I Get Paid For This…
This article first appeared in FLYER in October 2018
Want to learn how to fly your Cirrus or TBM, get an Instrument Rating or take your aircraft on an adventure? This independent flying instructor and mentor pilot could be your guy…
Interview by Yayeri van Baarsen
How did you get into flying?
When I was 12, my uncle started learning to fly. He’d take me along to Denham Aerodrome, where I’d sit in the back of the aircraft, and even paid for me to have some flight tuition.
However, when he stopped flying, so did I. After my grandma passed away, I used her inheritance to pay for my PPL, which I obtained in 1992.
Tell us about your job…
I’m an independent flying instructor. Most of my clients are pilots who’ve bought an advanced aircraft, like a Cirrus or a TBM. They might need a Type or Instrument Rating, or just want to improve their flying.
I also organise and accompany pilots on bespoke trips. Recently, I went on a tour with a very good client of mine, fulfilling his ambition of flying his Cirrus SR22 Turbo across the Atlantic. In 17 days we flew from Denham to Page, Arizona, and across the American South West – an amazing adventure.
My job revolves around one-to-one communication. While teaching, you’re spending a lot of time in a confined area together, building a relationship with your client and their aircraft.
To make the learning process more attractive, we incorporate our trips into the syllabus.
For example, by flying from London to northern France, ticking off what’s in the syllabus en route and having a nice lunch before returning, instead of doing the training around one airport.
Teaching ratings is very structured, but also when there’s nothing specific planned, such as on a long leg from Scotland to Iceland, there’s always a change in wind or weather to be turned into a training scenario.
This is the perfect job. I love flying, enjoy seeing different parts of the world and I am sociable so I very much like personal contact with clients.
I’m constantly learning and developing, whether that’s by flying to new airports or seeing a student doing something totally different in the cockpit.
Flying instructors need to be patient and calm, even in stressful situations. Also, you have to be really knowledgeable – for example, if someone wants to get their Instrument Rating in a Cirrus while flying around Europe, you should be an expert.
But most important is being a teacher. Everybody can instruct, but not everybody can teach – having the ability to pass on your knowledge to others is crucial.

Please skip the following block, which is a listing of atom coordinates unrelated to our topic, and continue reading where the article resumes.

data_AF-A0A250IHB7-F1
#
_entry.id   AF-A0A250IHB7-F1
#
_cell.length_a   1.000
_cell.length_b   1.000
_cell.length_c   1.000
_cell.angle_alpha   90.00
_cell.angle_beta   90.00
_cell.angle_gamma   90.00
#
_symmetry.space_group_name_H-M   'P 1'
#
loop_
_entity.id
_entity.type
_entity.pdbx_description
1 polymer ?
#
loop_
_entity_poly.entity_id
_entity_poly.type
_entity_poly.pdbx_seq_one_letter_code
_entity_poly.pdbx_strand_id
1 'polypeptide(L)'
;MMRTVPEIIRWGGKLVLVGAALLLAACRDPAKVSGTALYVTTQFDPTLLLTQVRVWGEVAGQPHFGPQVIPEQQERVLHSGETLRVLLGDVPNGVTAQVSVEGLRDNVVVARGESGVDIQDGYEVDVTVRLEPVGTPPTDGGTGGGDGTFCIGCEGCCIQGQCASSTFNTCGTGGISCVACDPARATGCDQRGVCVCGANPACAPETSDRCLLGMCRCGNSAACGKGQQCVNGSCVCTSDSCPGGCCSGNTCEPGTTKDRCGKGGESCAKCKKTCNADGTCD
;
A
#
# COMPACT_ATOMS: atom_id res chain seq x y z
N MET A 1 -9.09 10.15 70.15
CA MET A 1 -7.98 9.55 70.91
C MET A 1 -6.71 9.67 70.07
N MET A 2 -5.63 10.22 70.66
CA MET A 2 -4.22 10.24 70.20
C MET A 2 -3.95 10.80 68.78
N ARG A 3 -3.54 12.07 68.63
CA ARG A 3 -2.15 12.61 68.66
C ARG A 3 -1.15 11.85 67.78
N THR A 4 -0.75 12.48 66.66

What training did you have?
The relationships I developed with clients, back when I was teaching PPLs, informed my training. When they wanted to move up in their flying, they asked, “John, can you teach me my Instrument Rating?” or “Can you teach me how to fly my Piper Mirage?”, and I’d reply, “Not yet, but give me a month.” Then I’d obtain that specific qualification.
In 2005, my business partner and I set up TAA UK (Technically Advanced Aircraft), the UK’s first Cirrus Training Centre. By 2007, we had seven Cirrus and were working with Aero Poznań and its full-motion Cirrus Simulator, offering emergency courses and FAA-to-EASA Instrument Rating conversions.
We closed TAA UK in 2016 and I went independent, but I still work with Aero Poznań, when required.
What’s been your favourite flight?
I can’t pinpoint just one, but I do love Atlantic crossings. Some years ago, we flew from Dubai to Paris, across Saudi Arabia, Jordan and Egypt, and last year, we took five TBMs from Europe to Oshkosh. Those flights are amazing – most people just sit in an airliner, but you’re flying from one part of the world to another, having adventures along the way.
And your favourite airfield?
The most amazing Catalina Airport, which is perched on top of Santa Catalina Island, a nature reserve 20 miles off the Californian coast, and Sedona Airport, Arizona, because of the stunning scenery and beautiful approach. My clients love these airfields as well.
Do you get to fly much outside work?
A bit. I recently obtained my seaplane rating in Alaska – it really is the last frontier. But that’s my hobby – I’m not interested in teaching people how to fly seaplanes, it’s a part of aviation I want to keep for myself.
What’s the most valuable career advice you’ve received?
To put my prices up – many of my clients have actually given me that advice! They said they’d rather pay more to ensure my availability than pay less but have to wait because I’m too busy.
John Page, 2017 International Cirrus Instructor of the Year, is the UK’s most experienced FI on the marque.
Started work 2000
Now flying Cirrus SR20 and SR22, Piper Malibu series (M350, Mirage, Meridian), TBM 850 and 900
Favourite Cirrus SR22
Hours at job start 250
Hours now 12,000